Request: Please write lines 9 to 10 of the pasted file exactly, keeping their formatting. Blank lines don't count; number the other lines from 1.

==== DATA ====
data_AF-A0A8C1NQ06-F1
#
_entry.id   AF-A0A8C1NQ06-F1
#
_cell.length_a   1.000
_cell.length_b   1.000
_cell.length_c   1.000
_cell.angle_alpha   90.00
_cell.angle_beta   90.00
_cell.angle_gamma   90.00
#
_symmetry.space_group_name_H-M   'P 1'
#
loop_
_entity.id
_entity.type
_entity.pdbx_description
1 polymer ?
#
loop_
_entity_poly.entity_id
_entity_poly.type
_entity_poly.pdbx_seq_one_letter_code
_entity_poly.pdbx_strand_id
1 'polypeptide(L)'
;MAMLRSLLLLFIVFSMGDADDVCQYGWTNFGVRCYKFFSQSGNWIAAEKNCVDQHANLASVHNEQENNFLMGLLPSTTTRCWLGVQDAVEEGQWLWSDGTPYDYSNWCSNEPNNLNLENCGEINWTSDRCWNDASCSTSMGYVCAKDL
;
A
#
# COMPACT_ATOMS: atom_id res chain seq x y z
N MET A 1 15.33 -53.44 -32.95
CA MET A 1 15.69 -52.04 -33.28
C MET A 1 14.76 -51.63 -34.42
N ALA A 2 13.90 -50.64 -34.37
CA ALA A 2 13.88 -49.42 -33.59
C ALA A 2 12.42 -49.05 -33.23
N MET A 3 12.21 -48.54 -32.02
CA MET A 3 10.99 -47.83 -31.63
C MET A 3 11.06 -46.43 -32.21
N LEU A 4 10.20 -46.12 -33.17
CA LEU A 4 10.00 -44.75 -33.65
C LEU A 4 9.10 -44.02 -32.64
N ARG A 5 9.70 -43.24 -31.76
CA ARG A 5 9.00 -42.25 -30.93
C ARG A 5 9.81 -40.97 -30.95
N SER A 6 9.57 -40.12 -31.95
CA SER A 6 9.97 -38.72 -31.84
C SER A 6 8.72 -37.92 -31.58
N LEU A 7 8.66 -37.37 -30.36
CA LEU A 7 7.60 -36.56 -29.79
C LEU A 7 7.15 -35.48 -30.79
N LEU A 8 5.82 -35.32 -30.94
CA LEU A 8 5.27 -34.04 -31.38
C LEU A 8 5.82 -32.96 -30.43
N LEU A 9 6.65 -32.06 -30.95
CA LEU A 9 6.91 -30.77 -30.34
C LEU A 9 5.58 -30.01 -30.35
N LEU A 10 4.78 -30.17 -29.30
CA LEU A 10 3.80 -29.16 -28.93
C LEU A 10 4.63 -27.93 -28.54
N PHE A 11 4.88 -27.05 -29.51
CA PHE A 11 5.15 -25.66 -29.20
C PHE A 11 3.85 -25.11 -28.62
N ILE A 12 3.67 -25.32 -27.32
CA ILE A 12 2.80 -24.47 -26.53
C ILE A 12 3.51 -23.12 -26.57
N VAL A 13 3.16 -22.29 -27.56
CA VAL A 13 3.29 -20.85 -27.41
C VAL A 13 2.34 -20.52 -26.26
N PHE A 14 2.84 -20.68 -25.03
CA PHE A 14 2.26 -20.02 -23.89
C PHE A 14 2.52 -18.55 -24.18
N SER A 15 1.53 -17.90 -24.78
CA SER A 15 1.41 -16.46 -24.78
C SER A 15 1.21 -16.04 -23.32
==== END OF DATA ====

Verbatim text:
_cell.angle_beta   90.00
_cell.angle_gamma   90.00